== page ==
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IT program i.c.stars hopes to get underrepresented communities in Milwaukee the training, experience they need

February 10, 2022
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Ismael Lopez was working at a restaurant in Chicago when he was laid off due to the pandemic. He moved home to Milwaukee to find another job.

Lopez, 38, spent most of his career in the restaurant industry. He also had a talent for solving issues on smart devices and decided to get serious about a career in IT and computer science.

While attending classes at Milwaukee Area Technical College, Lopez was approached by a recruiter from i.c.stars about joining its program in Milwaukee.

 “I thought it was a scam,” Lopez said, adding after talking to a few graduates of the program he decided to apply and is now halfway through the program.

“It’s a very intense program and they introduce you to a lot of different coding languages. And they give you projects which help you learn the coding a lot quicker.”

The program was started in Chicago in 1999. In 2018, with the help of Milwaukee-based The Dohmen Company, a location was started in Milwaukee. The program is free to participants.

Blanca Gonzales, executive director of the Milwaukee i.c.stars location, said they aim to train people from underrepresented communities.

“Is there a thirst and hunger for talent in Milwaukee? Yes,” Gonzales said. “This just happens to be the area that many don’t look at.”

Since the program was started in Milwaukee, it has graduated 147 students Eighteen currently are in the program.

The program lasts 16 weeks. Days start at 8 a.m. and last until 8 p.m. Each cycle begins with roughly 20 participants or “interns” who are paid a stipend while they are in the program.

“We don’t just consider ourselves to be a coding program, we consider ourselves to be transformational also,” Gonzales said. “We want to give them a thousand hours of technology (training) and a thousand hours of professional development.”

The program also helps the interns with networking and learning how to work in a professional environment where there might be different management styles and people from different backgrounds.

Companies can donate to the program and be more involved with showing the interns the skills they’re looking for in potential applicants.

“Our sponsors are able to come in and provide technical workshops and share with them the coding that happens,” Gonzales said.

After the 16 weeks, the graduates have a “residency” with a company that lasts two years.

“Some of those interns will go on to another internship with the company and then that leads to another opportunity, which will then lead to full-time employment, which is the goal,” Gonzales said.

GE, MolsonCoors, Northwestern Mutual, Milwaukee County, American Family Insurance and senior living technology service company VCPI are taking residents from i.c.stars.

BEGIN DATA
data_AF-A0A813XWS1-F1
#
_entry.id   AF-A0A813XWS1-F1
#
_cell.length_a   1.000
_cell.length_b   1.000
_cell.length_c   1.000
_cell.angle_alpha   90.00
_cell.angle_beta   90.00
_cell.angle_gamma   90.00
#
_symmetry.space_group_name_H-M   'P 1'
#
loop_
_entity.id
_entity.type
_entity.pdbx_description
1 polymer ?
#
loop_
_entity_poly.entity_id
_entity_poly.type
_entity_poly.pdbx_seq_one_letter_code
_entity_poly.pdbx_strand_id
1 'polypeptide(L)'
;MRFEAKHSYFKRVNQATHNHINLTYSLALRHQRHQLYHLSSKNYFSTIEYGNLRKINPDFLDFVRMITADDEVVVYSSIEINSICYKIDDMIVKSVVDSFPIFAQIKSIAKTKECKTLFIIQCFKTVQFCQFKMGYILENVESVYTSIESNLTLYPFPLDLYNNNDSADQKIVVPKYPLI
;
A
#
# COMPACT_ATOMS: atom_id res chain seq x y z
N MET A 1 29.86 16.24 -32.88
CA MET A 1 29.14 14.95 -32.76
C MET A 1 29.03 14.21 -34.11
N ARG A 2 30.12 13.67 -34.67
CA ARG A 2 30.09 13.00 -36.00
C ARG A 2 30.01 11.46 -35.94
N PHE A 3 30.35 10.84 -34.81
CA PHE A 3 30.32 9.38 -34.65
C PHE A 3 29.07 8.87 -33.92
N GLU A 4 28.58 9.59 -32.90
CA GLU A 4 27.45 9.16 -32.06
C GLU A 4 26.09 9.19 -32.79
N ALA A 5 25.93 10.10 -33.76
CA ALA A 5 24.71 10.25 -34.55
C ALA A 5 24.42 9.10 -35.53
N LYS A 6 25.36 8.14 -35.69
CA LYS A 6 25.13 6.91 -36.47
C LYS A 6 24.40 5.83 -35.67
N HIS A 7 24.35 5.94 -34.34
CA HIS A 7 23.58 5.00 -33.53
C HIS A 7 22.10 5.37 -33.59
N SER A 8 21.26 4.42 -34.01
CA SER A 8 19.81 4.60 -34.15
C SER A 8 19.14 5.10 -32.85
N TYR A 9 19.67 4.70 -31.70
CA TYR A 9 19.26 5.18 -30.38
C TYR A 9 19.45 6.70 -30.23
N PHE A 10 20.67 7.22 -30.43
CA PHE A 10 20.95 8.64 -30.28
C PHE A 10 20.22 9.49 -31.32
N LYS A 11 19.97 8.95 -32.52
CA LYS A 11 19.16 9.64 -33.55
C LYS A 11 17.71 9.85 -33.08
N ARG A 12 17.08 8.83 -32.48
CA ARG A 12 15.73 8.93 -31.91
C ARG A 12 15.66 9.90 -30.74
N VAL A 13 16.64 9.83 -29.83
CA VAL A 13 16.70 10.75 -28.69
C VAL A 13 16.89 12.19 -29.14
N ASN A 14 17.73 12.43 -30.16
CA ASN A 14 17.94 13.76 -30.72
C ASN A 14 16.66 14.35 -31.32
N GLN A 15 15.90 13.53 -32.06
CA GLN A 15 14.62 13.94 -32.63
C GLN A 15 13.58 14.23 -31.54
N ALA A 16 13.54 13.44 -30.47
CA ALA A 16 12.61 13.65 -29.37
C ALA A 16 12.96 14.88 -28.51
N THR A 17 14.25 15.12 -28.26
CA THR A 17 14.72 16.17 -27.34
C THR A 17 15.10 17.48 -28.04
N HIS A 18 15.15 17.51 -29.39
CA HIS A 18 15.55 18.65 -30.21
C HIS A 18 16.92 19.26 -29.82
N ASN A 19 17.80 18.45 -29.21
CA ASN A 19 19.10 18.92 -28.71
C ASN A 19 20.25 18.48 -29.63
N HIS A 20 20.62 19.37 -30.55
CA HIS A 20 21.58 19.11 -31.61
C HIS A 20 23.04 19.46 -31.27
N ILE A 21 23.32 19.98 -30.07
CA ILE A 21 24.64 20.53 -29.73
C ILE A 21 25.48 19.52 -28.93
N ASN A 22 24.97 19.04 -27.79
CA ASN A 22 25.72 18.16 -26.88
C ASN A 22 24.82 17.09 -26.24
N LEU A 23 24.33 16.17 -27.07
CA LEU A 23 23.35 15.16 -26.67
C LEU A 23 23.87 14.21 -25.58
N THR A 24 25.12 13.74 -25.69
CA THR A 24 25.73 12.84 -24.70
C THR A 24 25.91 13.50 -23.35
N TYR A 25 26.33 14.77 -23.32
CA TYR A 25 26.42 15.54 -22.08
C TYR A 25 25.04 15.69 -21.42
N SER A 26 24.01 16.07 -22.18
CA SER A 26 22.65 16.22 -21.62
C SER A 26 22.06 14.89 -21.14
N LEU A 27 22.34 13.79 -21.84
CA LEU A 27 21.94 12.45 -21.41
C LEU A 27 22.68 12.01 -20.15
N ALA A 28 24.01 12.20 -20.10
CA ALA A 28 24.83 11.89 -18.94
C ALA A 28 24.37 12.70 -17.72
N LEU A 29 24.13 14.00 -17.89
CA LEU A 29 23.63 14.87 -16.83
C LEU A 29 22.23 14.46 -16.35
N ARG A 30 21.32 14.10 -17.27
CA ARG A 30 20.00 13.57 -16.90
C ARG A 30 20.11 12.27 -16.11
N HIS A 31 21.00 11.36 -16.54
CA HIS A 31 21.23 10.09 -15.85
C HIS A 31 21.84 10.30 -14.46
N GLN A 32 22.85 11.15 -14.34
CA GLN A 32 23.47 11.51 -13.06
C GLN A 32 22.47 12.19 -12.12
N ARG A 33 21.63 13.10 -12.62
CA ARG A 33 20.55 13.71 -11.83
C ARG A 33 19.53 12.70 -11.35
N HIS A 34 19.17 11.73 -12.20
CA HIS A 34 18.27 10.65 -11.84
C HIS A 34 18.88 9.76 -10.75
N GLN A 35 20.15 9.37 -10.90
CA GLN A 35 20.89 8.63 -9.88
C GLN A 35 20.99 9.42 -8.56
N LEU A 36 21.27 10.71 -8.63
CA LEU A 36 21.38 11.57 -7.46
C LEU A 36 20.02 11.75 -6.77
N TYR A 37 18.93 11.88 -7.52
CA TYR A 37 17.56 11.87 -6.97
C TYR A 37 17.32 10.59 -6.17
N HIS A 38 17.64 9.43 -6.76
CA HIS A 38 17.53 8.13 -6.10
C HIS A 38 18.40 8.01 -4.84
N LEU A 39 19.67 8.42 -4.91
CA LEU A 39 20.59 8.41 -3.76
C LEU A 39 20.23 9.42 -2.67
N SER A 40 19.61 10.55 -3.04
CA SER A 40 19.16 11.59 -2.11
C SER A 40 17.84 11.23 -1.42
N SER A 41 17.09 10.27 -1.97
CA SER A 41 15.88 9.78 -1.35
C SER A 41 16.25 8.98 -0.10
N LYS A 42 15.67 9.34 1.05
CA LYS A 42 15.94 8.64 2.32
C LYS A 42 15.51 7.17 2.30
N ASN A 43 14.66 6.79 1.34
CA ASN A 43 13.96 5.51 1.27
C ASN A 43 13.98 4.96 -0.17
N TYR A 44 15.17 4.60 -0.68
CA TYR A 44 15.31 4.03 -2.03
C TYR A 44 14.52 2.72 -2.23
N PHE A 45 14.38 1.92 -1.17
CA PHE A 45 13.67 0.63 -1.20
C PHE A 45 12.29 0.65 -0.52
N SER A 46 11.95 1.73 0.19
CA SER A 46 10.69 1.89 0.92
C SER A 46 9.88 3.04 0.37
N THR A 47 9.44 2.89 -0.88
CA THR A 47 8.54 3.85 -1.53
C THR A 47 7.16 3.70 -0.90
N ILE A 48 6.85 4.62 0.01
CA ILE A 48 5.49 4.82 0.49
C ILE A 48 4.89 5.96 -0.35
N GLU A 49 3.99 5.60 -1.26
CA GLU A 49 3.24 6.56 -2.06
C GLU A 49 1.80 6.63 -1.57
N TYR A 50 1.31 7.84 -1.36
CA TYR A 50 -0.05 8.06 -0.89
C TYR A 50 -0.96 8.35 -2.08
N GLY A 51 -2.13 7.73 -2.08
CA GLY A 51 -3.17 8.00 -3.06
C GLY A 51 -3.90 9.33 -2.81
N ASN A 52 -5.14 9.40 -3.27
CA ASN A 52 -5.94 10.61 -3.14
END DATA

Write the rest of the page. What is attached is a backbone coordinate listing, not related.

While the pandemic has caused learning to go virtual, Gonzales said i.c.stars was able adopt a hybrid in-person and online, experience.

“Our program never skipped a beat,” Gonzales said. “We supply our interns with a laptop,and we supply them with a headpiece.”

Currently, i.c.stars operates out of Schlitz Park in a shared space with VCPI as its new location in Walker’s Point gets completed. The firm plans to make the move in the spring.

Program participants generally range from 18 to 27 years old, but there have been students in their 40s and 50s, Gonzales said.

The program is going into “cycle 9,” its ninth cohort of students. Gonzales said cycle 7, which ended with 14 graduates has more than 90% of its students in a job. Cycle 8, which ended with 10 students has 80% placed in a job.

Sandy Kastrul, founder of i.c.stars, said the program hopes to address racial and ethnic disparities in the technology industry.

“We’re in IT and abysmal lack of diversity is hitting us in the face all the time,” Kastrul said.

“If i.c.stars can help people get in the door, are they going to be OK once they’re there? It’s really important that we establish relationships with our corporate partners, we know that they’re good companies, we really imbed ourselves deep in an organization, to make sure they have the cultural competency that our folks can grow within our organization.”

The program gives graduates continuous support by providing ongoing technical classes for them and mentorship.

“We try to see what we can to do try to continue that professional development,” Gonzales said.

Natalie Vargas was at a professional crossroads. She was studying computer engineering at Marquette University, but tuition costs caused her to drop out.

She was working different jobs, but “nothing I was really passionate towards.”

“I was looking for something to help me further my career without having to go back to school,” Vargas said.

Then she heard about i.c.stars from a graduate of the program.

“I didn’t have any expectations,” Vargas said. “I didn’t know what to expect. But going into the program, you see people’s success stories and I think that really inspired me and really pushed me to work hard.”

After graduating from i.c.stars, Vargas became a contractor working for MolsonCoors with its emerging tech team. There, she helps with its internal tech portal.

While she is grateful for the opportunity and the work, the experience has given her multiple people to connect with on a professional level.

“I now have this core network of people that I can take advantage of in anyway,” Vargas said. “Before going through the programming, I didn’t realize the value of networking and the value of knowing someone to get in (to a company). Not just knowing your skills.”